A Guide To Feeding Your Small Pet
Read our handy advice on feeding your small pet
More about feeding your small pet
As any rat owner will tell you, rats are very intelligent and curious creatures. Part of satisfying that curious streak is to provide an interesting and diverse range of food, and to make your rat have to forage in order to get it.
Rats should be fed twice a day, and any food uneaten from the previous feed should be removed. A mainstay of your rat’s daily diet should be a commercial pelleted rat food – take care not to use foods designed for other small furries as rats need lots more protein than other species and might be deficient if not fed a proper rat diet.
Variety is key for rats, so supplementing their basic diet with small amounts of fruit, vegetables, hard-boiled egg, grains and seeds can be a great way to enrich them. This should be done in moderation however, to prevent obesity issues. This is especially true for high fat foods, which rats love. Although variety is important, new foods should be added to your rat’s repertoire slowly, to avoid digestive upsets and give time for your rat to trust a new food.
Although, as omnivores, rats can eat many types of food, some foods you should avoid include:
Scatter feeding, putting the food around their cage for them to find, is a great way to stimulate your rats, making them work for their food. It can be more difficult to check how much they are eating, so careful examination of what remains at the next feed is important.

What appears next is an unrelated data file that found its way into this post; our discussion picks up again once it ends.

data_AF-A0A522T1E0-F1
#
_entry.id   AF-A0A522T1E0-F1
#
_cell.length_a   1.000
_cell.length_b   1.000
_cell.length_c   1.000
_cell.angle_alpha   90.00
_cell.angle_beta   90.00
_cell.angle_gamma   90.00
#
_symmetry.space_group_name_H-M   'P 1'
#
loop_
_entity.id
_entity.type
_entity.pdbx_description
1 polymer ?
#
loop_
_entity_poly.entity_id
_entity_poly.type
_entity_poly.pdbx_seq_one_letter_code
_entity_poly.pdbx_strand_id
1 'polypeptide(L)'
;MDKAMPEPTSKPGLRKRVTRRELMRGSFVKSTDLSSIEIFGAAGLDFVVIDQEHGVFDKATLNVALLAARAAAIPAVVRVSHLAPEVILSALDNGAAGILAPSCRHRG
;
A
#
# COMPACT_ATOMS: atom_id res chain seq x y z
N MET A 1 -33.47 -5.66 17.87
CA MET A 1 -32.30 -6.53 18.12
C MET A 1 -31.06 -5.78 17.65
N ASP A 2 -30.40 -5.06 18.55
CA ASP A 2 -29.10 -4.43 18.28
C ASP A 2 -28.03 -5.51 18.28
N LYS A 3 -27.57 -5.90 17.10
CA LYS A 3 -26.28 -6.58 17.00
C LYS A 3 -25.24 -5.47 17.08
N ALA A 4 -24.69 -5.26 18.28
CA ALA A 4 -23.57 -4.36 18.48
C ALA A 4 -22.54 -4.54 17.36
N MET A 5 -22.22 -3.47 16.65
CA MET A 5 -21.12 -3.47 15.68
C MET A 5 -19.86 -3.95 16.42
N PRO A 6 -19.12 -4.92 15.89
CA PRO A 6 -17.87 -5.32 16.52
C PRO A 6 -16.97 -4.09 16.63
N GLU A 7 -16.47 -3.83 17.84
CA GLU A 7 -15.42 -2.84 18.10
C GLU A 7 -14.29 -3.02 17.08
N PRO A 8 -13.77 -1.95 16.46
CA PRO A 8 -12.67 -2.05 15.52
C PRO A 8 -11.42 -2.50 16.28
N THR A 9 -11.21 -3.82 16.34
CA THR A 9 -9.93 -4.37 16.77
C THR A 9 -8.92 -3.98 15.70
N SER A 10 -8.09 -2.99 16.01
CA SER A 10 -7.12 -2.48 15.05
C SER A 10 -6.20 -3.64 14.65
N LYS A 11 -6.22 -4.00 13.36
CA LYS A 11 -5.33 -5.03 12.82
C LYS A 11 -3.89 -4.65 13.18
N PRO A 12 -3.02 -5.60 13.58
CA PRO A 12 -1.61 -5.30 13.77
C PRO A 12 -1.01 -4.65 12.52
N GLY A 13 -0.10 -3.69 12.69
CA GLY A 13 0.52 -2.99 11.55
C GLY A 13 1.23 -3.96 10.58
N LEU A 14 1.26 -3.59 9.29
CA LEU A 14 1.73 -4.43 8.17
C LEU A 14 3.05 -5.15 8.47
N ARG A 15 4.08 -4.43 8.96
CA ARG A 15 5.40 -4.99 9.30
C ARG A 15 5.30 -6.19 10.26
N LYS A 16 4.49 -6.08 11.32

All rats need access to fresh, clean drinking water continuously. If you have multiple rats, it is best to have multiple drinking bottles, to avoid competition and make sure if one fails to work, there is still water access.
Chinchillas have a complex digestive system, which can be managed well by providing the right types of food for them on a daily basis. Chinchillas need a lot of fibre in their diet to stay healthy, and actually some types of fibre will go round their digestive system twice – after the first trip through the intestines the digestible fibre is excreted as a special type of faeces called a ‘caecotroph’, which they eat so they can get maximum nutrition from their food. Both chinchilla dental health and gastrointestinal health rely on an appropriate intake of fibrous foods, such as hay. Having constant access to fresh, sweet-smelling hay is a key part of the healthy chinchilla diet, and also keeps them from developing behavioural problems which may develop if they cannot act out their natural instinct to graze-feed.
As well as hay chinchillas need to be offered daily quantities of a chinchilla pellet. The best pellets all look the same – this can seem boring to us, but makes sure your chinchilla gets all the nutrients they need every day. In chinchilla mix, which has a range of different parts, chinchillas are liable to pick out and only eat their favourite bits. This selective feeding can lead to nutritional deficiencies.
On top of their base diet of hay and chinchilla pellets, chinchillas can also have some vegetables as treats – this should be very small amounts, the size of your thumbnail. Overfeeding can have serious dietary consequences for your chinchilla, such as bloat. Chinchillas are also very sensitive to sugar, so high sugar options such as fruit should be avoided.
Foods to avoid include:
- Grass clippings
All chinchillas should have fresh, clean water at all times. Water bottles are the best way to do this to keep the water clean, and these need to be regularly changed.